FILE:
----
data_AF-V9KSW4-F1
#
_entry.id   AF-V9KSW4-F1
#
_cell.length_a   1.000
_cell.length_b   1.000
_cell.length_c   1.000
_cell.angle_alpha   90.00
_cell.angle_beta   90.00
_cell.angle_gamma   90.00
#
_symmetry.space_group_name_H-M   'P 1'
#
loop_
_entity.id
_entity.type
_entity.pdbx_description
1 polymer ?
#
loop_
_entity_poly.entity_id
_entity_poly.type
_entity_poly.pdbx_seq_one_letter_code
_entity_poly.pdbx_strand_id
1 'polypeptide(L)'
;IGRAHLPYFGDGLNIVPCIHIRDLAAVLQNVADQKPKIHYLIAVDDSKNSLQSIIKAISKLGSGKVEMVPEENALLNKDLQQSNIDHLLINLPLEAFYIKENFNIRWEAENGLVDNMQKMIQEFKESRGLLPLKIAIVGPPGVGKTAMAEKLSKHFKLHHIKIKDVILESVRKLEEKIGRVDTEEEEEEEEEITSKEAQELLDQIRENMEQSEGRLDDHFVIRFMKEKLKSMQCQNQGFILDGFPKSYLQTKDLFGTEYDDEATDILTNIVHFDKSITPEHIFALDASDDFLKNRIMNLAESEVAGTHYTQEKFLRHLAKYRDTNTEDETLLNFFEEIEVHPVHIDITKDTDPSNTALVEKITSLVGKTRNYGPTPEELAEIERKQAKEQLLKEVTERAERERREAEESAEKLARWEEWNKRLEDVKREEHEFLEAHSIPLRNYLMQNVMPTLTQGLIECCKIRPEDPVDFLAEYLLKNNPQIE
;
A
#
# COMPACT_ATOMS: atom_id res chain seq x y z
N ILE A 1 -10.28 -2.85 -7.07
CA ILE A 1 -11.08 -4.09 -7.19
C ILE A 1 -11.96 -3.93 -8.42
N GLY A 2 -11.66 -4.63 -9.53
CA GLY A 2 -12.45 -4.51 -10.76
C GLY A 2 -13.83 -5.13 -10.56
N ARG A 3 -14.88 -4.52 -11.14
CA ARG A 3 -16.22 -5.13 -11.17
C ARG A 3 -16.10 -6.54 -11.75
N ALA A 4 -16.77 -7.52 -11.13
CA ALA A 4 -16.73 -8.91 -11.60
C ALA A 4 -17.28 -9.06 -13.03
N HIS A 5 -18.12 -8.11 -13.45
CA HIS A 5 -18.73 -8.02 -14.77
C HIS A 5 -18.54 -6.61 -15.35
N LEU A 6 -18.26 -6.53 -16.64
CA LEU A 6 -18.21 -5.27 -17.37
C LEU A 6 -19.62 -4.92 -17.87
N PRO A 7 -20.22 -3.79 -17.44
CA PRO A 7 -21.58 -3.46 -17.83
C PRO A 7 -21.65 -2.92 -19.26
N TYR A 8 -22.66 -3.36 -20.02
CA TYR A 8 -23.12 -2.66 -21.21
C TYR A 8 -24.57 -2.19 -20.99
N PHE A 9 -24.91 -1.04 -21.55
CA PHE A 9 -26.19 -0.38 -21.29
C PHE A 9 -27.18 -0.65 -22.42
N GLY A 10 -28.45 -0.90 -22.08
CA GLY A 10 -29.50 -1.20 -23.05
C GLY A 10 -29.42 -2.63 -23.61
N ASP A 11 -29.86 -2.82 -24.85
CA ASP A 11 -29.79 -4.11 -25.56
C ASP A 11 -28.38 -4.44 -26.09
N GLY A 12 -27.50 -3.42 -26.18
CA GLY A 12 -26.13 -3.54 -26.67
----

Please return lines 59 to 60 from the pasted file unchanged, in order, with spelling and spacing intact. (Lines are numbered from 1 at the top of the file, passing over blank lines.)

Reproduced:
CA GLY A 10 -29.50 -1.20 -23.05
C GLY A 10 -29.42 -2.63 -23.61